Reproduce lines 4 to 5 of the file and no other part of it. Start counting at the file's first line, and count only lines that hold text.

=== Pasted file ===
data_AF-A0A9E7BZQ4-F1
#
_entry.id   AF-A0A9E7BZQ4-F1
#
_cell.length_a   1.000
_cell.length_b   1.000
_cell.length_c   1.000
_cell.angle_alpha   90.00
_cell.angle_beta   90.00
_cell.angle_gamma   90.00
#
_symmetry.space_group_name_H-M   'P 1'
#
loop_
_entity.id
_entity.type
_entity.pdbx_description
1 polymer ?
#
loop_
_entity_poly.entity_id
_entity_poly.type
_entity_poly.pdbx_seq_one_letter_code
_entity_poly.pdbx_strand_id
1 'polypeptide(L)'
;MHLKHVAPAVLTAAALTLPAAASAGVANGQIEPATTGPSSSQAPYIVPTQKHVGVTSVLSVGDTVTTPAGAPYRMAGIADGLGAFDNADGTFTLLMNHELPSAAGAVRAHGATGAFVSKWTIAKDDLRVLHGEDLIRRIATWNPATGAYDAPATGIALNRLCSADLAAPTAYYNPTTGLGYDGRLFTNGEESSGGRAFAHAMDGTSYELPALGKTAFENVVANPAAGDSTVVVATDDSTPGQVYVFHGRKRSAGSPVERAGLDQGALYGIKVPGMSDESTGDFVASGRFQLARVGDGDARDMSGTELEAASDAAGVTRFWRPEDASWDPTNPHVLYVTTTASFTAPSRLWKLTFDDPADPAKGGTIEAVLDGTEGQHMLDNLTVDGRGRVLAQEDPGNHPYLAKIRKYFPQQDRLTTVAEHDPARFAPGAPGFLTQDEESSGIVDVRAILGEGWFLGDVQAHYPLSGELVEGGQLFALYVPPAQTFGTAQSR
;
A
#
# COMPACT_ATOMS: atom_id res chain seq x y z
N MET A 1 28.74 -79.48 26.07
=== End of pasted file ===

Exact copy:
#
_cell.length_a   1.000